Bishop's Blue Plaque destined to grace new five-star hotel
- Credit: Submitted
Ian Handford, chairman of Torbay Civic Society, gives us the who and how each of Torbay’s Blue Plaques was chosen. This week: Bishop Henry Phillpotts and Bishopstowe
This week the story behind a Blue Plaque that can no longer be found at the site of what was a bishop's home and the Palace Hotel, Babbacombe.
Only recently demolished to make way for a new five-star hotel in the next two years, Bishopstowe Villa was built for Lord Bishop of Exeter - one Henry Phillpotts whose power stretched across an enormous diocese, from the borders of Somerset and Dorset to Cornwall and the Isles of Scilly.
In 1830, Bishop Phillpotts was aged 52 and had two Bishops Palaces in Torbay, one at Babbacombe Road and the other at Paignton, being the representative of the Church of England for the whole Western Peninsula.
He presided over an enormous flock for an amazing 38 years, the most influential man in the West Country, imagining himself at times God on earth.
He survived to an astonishing 91 years old during an era when few people, including his clergy, ever went against his rule.
The Blue Plaque honouring the bishop’s former villa came after a recommendation by one of our committee members, Denis Walton, before eventually the hotel's proprietor Vernon Duker and his managing director Paul Uphill arranged sponsorship.
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This event was viewed as prestigious, because today many of those who attended the unveiling are still familiar names from local history.
They include the Rev Hewlett Thompson, the Torquay coroner Henry Sykes-Ball, Peter Frost of Torbay Chartered Accountants Bishop Fleming, Frank Cawson, Torbay Civic Society's own Colonel Elliott and from Torbay Council, Paul Whitehead.
The Blue Plaque was fixed to the internal wall of the Italianate entrance to the hotel and when unveiled at 11am on November 5, 1987. Chairman Mrs Ena Hocking, the Torbay mayor and Mr Uphill formally officiated.
The hotel provided free refreshments for everyone which together with our free pamphlet - sponsored by the hotel with text research done by Deryck Seymour - this must have made for a very pleasant event.
His Lordship the Bishop Henry Phillpotts was an extra-ordinary clergyman as during his long life he had not only sired 18 children but become a substantial religious administrator.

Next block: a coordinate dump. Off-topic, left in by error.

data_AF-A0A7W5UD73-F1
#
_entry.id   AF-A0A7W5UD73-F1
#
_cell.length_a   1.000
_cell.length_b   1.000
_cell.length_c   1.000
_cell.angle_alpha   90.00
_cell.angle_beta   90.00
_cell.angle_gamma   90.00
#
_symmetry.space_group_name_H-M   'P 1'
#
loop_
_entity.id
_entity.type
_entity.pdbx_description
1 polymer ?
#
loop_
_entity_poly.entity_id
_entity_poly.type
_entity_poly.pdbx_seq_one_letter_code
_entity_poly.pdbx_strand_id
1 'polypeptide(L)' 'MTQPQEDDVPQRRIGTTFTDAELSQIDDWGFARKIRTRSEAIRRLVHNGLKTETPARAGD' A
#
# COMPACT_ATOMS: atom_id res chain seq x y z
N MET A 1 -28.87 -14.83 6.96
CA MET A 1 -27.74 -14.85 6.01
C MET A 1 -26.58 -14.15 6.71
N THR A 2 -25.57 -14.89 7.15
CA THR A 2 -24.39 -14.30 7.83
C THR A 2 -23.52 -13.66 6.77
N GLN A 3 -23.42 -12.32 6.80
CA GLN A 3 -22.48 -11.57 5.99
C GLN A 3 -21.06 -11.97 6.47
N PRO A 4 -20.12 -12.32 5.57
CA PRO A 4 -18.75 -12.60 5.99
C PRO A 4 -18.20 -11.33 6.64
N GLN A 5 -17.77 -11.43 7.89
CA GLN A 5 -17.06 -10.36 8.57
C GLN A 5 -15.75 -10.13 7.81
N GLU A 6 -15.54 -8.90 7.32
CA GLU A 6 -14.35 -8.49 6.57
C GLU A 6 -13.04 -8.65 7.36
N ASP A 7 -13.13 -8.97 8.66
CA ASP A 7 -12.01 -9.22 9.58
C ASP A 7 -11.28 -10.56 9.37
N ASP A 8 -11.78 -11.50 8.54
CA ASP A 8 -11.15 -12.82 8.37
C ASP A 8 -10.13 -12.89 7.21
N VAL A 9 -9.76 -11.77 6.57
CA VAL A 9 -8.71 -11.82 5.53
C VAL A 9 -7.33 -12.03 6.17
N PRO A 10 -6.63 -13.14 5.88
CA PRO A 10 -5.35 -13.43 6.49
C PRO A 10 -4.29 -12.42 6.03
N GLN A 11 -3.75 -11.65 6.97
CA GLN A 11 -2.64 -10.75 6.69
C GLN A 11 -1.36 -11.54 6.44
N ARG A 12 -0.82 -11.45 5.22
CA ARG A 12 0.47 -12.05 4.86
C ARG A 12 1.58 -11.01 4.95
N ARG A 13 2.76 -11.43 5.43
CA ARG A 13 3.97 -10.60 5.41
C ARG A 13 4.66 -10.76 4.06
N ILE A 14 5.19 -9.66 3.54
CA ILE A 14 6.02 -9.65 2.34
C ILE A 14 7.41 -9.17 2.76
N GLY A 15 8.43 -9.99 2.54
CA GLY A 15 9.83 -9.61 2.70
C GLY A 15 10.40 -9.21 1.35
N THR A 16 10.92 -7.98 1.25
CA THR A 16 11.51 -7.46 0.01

Today husband and wife still lie together, although in separate graves alongisde each other, right inside the lych gate entrance area to the parish churchyard at St Marychurch, Torquay.
Bishopstowe had in truth been a bishop's mansion, being a home suitable to house a very large family.
His Lordship had built the home in the 1840s, a period when all new residences in Wellswood had to reflect an Italianate style, in accordance with laid down strict covenants.
In time the building was much extended and finally was converted into a hotel in 1921.
Now for virtually 100 years the Italianate entrance would survive, until in 1987 we affixed our Blue Plaque with its words of history for all to read.
During the Second World War the Palace Hotel had been used as an RAF hospital and with the German Luftwaffe obviously aware of this, the hotel suffered two bombing raids as bombs were unloaded from aircraft on their return flight from bombing British cities in the North on their way back to their German homeland.
Today, the Palace Hotel as we knew it, has almost been completely demolished with only the central tower - with its Italianate reception hall - remaining.
Having checked, I soon discovered the Saville’s agent, had fortunately removed our plaque prior to the demolition team starting. Having spoken to him, I am confident that it will be restored to its former home once the new five-star hotel is completed in around three years' time.
A Torbay Civic Society pamphlet named Bishop Phillpotts and Bishopstowe (Palace Hotel) is obtainable by sending stamps to the value of 50p - plus a small stamped addressed envelope to Torbay Civic Society, 1 Palace Avenue Business Centre, 4 Palace Avenue, Paignton TQ3 3HA.